This is a high level overview of an emerging exposure for property and business owners—changes in building occupancy. As businesses shut down temporarily or even permanently, a partially vacant structure could impact coverage for a tenant or building owner. Insurance policies typically set clear parameters and definitions as to when a building or space is considered vacant, along with associated limitations in coverage that result. As policy wording varies, please contact your PayneWest representative for consultation and guidance if you believe this may apply to you.
When is a building considered vacant by the insurance policy?
Typical business owners policies (BOP) and commercial polices (CP) have common standards as to when a building is considered vacant. It starts with the standard of less than 31% of total square footage:
- Rented to a lessee or sub-lessee is being used to conduct customary operations, and/or
- Used by the owner of the building to conduct customary
For purposes of this coverage, buildings that are being constructed or renovated are not considered vacant.
When is a tenant’s rented space considered vacant by the insurance policy?
The same BOP and CP policies state that a space or building is considered vacant when it …”does not contain enough business personal property to conduct customary operations.”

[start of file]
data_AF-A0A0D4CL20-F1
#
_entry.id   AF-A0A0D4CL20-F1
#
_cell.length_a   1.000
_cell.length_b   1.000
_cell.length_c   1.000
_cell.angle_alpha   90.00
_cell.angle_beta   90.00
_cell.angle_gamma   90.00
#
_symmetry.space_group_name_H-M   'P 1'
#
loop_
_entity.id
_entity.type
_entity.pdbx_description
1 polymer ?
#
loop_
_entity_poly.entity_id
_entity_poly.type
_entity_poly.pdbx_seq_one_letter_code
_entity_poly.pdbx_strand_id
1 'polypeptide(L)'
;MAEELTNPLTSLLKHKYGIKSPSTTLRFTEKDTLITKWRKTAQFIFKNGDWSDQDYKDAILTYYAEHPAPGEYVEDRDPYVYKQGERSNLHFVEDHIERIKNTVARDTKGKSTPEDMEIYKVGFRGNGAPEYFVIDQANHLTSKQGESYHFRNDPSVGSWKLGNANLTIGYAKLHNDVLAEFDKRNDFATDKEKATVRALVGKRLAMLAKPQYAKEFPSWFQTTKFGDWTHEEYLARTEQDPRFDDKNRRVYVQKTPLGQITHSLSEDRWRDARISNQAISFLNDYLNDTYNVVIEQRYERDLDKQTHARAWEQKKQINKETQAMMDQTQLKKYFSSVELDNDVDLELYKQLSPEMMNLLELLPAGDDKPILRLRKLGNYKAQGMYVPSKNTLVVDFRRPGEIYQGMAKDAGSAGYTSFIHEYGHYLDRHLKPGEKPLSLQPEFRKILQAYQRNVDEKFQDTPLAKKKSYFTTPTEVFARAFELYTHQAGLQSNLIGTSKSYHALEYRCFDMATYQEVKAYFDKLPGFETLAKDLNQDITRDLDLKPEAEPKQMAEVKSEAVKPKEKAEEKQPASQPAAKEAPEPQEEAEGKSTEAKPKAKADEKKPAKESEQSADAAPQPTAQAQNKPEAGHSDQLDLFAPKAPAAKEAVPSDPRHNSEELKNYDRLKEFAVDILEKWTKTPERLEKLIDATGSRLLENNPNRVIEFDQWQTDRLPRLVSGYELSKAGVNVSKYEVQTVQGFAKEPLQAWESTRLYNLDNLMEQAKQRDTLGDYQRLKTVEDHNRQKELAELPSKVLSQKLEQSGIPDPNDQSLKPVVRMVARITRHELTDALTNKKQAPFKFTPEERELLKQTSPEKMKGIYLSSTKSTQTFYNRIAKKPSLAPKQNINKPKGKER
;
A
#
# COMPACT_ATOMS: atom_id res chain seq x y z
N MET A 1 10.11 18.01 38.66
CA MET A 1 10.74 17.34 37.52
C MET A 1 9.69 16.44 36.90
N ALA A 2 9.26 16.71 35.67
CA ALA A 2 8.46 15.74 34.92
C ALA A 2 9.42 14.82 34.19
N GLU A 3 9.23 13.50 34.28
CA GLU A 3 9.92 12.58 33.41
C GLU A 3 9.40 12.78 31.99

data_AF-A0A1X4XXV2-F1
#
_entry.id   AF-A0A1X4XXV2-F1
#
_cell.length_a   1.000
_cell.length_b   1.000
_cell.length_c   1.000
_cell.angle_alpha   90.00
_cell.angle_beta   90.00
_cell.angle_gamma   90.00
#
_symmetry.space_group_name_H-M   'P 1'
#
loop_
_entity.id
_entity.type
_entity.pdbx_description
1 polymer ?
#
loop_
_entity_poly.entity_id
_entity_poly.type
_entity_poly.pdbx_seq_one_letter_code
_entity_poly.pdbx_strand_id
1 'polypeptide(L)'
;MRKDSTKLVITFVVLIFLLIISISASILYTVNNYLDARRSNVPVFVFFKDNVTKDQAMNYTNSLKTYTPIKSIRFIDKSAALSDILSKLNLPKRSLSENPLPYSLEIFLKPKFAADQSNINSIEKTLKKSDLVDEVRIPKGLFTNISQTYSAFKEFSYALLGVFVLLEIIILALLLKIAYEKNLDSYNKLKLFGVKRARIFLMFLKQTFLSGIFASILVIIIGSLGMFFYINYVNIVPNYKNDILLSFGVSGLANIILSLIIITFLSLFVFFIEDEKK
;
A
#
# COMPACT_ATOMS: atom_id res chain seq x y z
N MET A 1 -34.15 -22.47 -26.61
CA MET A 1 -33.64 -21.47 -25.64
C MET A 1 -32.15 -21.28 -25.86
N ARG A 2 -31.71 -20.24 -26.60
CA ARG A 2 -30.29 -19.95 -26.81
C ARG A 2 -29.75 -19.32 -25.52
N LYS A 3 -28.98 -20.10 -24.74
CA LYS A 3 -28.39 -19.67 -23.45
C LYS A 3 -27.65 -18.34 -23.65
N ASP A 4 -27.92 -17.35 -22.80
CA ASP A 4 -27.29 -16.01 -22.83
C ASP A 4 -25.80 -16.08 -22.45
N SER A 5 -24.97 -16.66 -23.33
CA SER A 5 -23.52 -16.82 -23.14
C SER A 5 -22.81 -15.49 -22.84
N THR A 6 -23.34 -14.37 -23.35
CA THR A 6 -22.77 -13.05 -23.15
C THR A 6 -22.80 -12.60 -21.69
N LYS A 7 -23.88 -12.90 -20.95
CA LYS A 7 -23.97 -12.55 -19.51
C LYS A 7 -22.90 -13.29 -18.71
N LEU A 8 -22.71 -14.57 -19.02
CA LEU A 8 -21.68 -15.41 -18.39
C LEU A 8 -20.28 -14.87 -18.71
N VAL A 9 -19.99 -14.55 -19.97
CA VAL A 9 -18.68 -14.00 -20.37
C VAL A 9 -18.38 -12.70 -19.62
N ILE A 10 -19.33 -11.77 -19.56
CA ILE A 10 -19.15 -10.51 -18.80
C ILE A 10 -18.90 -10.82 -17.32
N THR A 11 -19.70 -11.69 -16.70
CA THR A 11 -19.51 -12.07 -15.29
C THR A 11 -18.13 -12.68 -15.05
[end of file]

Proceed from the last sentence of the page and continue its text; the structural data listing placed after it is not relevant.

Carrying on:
How is coverage impacted if a building is considered vacant?
In these same standard policies, coverage is only impacted if the building has been vacant (as deemed by the above standards) for 60 consecutive days before the loss occurs. If this is the case, the following causes of loss are no longer covered:
- Sprinkler leakage, unless you have protected the system against freezing
- Building glass breakage
- Water damage
- Theft or attempted theft
For losses that are still covered in the event of vacancy, the policy states the settlement of the claim will be reduced by 15%.
Policy language may vary from one insurance company to the next. The above language is representative of some policies, but not all. Please read your policy and contact your PayneWest representative for assistance.
What can be done to best protect a vacant building or unit?
We all hope the current economic situation does not lead to buildings to be vacant for more than 60 days. Some risk management tips include:
- Try your best to make the building appear This can include such things as cancelling mail service and maintaining the exterior to include landscaping.
- Security measures can also fend off potential thieves and vandals. Short of hiring an outside security firm, you should conduct regular walkthroughs and inspections. You can also keep the exterior and interior areas well lit with timers and motion sensors. A monitored security system with affiliated signage is also a potential
- For protection against water and other related losses, you should shut off utilities that are not necessary to protect the
- Maintain adequate heat, and check on heating systems This will help reduce freezing exposure.
*ALL COVERAGE DEPENDS ON WHAT IS IN THE POLICY AND HOW THE INSURANCE COMPANY INTERPRETS ITS POLICY.